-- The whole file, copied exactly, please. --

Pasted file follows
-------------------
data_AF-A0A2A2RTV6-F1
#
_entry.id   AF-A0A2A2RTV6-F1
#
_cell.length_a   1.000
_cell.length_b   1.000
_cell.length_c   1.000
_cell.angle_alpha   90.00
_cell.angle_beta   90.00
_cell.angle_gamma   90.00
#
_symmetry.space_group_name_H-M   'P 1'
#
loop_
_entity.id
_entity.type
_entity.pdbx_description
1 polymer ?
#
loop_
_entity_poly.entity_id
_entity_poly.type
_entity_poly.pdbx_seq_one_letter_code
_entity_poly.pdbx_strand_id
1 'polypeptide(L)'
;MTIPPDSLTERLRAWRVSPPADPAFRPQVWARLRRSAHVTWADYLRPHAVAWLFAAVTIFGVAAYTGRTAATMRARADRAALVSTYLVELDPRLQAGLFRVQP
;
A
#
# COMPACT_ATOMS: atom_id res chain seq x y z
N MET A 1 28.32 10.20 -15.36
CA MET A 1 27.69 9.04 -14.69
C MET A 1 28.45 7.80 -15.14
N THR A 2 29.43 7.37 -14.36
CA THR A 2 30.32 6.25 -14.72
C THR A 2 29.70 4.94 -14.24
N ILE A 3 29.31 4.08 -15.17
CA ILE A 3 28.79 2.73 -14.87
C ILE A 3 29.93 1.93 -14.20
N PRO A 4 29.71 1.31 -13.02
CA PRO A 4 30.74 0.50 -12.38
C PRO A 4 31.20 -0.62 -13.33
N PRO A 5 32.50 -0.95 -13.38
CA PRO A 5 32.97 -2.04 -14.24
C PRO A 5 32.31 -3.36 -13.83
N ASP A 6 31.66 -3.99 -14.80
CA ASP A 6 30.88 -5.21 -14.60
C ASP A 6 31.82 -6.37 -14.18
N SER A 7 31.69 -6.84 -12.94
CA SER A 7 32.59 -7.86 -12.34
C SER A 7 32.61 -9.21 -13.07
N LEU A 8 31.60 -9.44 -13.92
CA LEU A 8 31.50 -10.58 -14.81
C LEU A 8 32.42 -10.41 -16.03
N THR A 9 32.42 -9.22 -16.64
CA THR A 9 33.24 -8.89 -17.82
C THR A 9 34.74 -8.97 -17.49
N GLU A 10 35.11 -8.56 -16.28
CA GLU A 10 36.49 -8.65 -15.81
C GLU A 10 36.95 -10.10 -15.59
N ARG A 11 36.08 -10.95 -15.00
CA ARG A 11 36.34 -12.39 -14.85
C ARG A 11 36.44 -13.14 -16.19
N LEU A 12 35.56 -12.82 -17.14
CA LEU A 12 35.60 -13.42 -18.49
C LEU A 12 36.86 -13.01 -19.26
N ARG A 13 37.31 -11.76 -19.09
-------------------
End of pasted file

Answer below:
data_AF-A0A2A2RTV6-F1
#
_entry.id   AF-A0A2A2RTV6-F1
#
_cell.length_a   1.000
_cell.length_b   1.000
_cell.length_c   1.000
_cell.angle_alpha   90.00
_cell.angle_beta   90.00
_cell.angle_gamma   90.00
#
_symmetry.space_group_name_H-M   'P 1'
#
loop_
_entity.id
_entity.type
_entity.pdbx_description
1 polymer ?
#
loop_
_entity_poly.entity_id
_entity_poly.type
_entity_poly.pdbx_seq_one_letter_code
_entity_poly.pdbx_strand_id
1 'polypeptide(L)'
;MTIPPDSLTERLRAWRVSPPADPAFRPQVWARLRRSAHVTWADYLRPHAVAWLFAAVTIFGVAAYTGRTAATMRARADRAALVSTYLVELDPRLQAGLFRVQP
;
A
#
# COMPACT_ATOMS: atom_id res chain seq x y z
N MET A 1 28.32 10.20 -15.36
CA MET A 1 27.69 9.04 -14.69
C MET A 1 28.45 7.80 -15.14
N THR A 2 29.43 7.37 -14.36
CA THR A 2 30.32 6.25 -14.72
C THR A 2 29.70 4.94 -14.24
N ILE A 3 29.31 4.08 -15.17
CA ILE A 3 28.79 2.73 -14.87
C ILE A 3 29.93 1.93 -14.20
N PRO A 4 29.71 1.31 -13.02
CA PRO A 4 30.74 0.50 -12.38
C PRO A 4 31.20 -0.62 -13.33
N PRO A 5 32.50 -0.95 -13.38
CA PRO A 5 32.97 -2.04 -14.24
C PRO A 5 32.31 -3.36 -13.83
N ASP A 6 31.66 -3.99 -14.80
CA ASP A 6 30.88 -5.21 -14.60
C ASP A 6 31.82 -6.37 -14.18
N SER A 7 31.69 -6.84 -12.94
CA SER A 7 32.59 -7.86 -12.34
C SER A 7 32.61 -9.21 -13.07
N LEU A 8 31.60 -9.44 -13.92
CA LEU A 8 31.50 -10.58 -14.81
C LEU A 8 32.42 -10.41 -16.03
N THR A 9 32.42 -9.22 -16.64
CA THR A 9 33.24 -8.89 -17.82
C THR A 9 34.74 -8.97 -17.49
N GLU A 10 35.11 -8.56 -16.28
CA GLU A 10 36.49 -8.65 -15.81
C GLU A 10 36.95 -10.10 -15.59
N ARG A 11 36.08 -10.95 -15.00
CA ARG A 11 36.34 -12.39 -14.85
C ARG A 11 36.44 -13.14 -16.19
N LEU A 12 35.56 -12.82 -17.14
CA LEU A 12 35.60 -13.42 -18.49
C LEU A 12 36.86 -13.01 -19.26
N ARG A 13 37.31 -11.76 -19.09